In addition to this, I have one friend who attempted to draw a correlation between me living alone and being depressed. He thinks physical loneliness is the issue. This is a common mistake. I was depressed when I lived with my Mother, and years before that, I was depressed when I lived with my Mother, Father and Sister. The issue is not physical loneliness, it is emotional loneliness, and having nobody to see, hear and validate me, including even, up to a point, my psychologist.

As the days, weeks and months pass, with all of these severe feelings inside of me, being unseen and unheard, they intensify. Also, as they intensify, the thought of the invalidation I know my family will offer me becomes more terrifying, which is why I cannot talk to them. I cannot tell my family I often want to die, because the invalidation they will offer in response to this will drive me deeper into that ideation. This is the logic which most people do not understand, and which I will impart here in the simplest terms imaginable: if you want to help a person who feels as though they want to die, DON’T tell them that they aren’t meant to be feeling that way, tell them that you accept how they feel. This makes their reality feel more real, and ironically puts space between them and the actual suicidal desire itself.

My family would not understand this. My family are destructive, because they have no idea whatsoever that their attitude towards emotions is destructive. They think that if a person admits to being suicidal, then telling that person that they have something wrong with them is useful. They think that if a suicidal person has enough shame dumped on them, it will incentivise them to change how they feel, through basic suppression. However, if a suicidal person were able to suppress those feelings, they would not be suicidal in the first place.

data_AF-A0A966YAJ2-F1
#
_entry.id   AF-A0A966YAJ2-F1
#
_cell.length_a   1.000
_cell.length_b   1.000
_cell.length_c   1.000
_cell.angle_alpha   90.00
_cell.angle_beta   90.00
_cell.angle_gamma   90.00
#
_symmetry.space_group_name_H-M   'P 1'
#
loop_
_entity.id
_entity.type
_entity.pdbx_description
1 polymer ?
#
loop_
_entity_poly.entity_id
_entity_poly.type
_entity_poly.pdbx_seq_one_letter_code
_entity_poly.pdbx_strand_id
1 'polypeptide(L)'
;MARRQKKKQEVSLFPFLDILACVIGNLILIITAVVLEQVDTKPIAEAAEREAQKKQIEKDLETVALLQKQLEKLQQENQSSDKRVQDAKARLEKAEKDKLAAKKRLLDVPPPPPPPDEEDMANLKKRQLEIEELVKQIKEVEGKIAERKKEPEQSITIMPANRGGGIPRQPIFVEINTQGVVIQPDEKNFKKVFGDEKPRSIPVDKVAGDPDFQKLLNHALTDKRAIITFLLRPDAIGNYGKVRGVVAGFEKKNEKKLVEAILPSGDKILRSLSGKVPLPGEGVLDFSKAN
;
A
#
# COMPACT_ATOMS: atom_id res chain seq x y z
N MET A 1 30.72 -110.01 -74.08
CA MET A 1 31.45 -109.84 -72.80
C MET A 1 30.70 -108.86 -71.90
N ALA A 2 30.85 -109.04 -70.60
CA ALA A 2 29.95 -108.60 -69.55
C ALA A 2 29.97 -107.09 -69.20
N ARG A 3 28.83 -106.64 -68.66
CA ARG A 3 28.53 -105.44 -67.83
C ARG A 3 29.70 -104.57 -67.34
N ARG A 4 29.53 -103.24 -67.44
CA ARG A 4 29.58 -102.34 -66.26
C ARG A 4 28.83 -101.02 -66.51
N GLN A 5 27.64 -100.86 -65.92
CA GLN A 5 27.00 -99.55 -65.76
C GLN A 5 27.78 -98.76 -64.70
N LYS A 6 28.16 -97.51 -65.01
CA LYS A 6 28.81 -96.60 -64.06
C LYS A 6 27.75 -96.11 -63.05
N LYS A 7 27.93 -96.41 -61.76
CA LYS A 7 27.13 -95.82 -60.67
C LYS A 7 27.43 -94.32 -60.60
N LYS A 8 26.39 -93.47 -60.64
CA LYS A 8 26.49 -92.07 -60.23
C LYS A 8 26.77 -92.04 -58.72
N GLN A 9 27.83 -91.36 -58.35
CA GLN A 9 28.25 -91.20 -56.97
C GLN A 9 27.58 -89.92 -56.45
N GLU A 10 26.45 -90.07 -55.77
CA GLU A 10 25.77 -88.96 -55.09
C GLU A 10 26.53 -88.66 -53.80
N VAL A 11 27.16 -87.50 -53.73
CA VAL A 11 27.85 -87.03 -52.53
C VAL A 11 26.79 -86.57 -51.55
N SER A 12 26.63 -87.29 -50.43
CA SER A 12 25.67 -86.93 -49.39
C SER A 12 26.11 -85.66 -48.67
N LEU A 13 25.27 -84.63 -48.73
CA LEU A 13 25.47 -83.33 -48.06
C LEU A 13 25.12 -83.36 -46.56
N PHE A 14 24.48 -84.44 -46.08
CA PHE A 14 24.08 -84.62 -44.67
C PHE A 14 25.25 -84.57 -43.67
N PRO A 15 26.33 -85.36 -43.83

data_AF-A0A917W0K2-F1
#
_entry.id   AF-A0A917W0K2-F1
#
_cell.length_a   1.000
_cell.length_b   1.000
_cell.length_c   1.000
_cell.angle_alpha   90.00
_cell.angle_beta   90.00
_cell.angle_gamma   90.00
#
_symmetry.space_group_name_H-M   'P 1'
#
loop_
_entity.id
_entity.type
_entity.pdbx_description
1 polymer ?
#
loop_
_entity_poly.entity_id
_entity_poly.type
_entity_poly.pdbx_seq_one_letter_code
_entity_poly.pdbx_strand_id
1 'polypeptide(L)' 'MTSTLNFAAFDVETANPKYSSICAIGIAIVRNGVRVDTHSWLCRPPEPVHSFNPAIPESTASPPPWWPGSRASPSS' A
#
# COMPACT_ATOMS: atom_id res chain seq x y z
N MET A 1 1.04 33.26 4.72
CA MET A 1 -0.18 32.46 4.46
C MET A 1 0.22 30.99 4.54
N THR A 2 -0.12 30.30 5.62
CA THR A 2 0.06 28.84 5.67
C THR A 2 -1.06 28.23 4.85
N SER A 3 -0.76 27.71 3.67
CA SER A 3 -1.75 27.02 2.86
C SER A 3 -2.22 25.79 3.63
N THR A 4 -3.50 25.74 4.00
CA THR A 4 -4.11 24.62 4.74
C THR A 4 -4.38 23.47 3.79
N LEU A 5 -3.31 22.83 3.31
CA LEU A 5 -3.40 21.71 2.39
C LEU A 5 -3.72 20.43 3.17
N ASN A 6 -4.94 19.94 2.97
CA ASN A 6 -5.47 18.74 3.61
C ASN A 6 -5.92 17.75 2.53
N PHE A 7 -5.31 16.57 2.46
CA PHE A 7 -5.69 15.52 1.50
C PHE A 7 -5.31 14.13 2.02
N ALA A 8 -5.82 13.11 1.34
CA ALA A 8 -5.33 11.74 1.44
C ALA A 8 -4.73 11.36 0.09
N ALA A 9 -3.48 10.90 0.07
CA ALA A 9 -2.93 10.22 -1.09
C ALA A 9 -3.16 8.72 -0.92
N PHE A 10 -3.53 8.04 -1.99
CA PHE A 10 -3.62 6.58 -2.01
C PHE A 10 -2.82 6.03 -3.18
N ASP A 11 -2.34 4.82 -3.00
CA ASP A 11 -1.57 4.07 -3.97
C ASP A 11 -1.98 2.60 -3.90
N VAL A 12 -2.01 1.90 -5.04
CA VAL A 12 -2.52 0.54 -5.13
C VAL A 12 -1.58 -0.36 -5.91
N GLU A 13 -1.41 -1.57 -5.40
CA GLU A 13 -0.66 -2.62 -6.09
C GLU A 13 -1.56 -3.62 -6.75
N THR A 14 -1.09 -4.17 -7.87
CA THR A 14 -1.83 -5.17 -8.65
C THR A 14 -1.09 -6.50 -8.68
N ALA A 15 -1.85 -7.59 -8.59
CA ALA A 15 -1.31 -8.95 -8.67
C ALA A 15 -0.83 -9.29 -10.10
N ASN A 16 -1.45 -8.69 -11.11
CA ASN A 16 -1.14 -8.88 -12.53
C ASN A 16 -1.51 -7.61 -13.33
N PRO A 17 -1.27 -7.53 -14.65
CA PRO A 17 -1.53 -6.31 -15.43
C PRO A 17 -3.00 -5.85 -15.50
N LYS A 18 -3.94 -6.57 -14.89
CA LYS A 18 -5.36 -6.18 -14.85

Thus, the only way to help someone who is suicidal is to affirm their current reality, and remain unconditionally present with them whilst they are experiencing those feelings. When enough presence has been applied to those feelings, the feelings will disperse, and the person will move on to another feeling state.

But, like I said, this is what I do not have. And this is what suicidal people everywhere do not have, because the people in a position to help them are not listening. Suicidal people do not need to be told how ‘broken’, ‘damaged’, ‘ill’ or ‘dangerous’ they are. They need to hear from someone else that what they are going through is a human experience, and a natural response to ‘x’ trauma/experience.

The people who deny them this are afraid to give this to them in case it gives rise to similar feelings within themselves. However, by denying them it, sadly, they increase the chances of either suicide or physical illness within that person.

Eventually, I wonder if this level of emotional aloneness may not have to warrant having myself committed, not because I feel it would help me to any great extent, but to get the message to my family: I am suffering.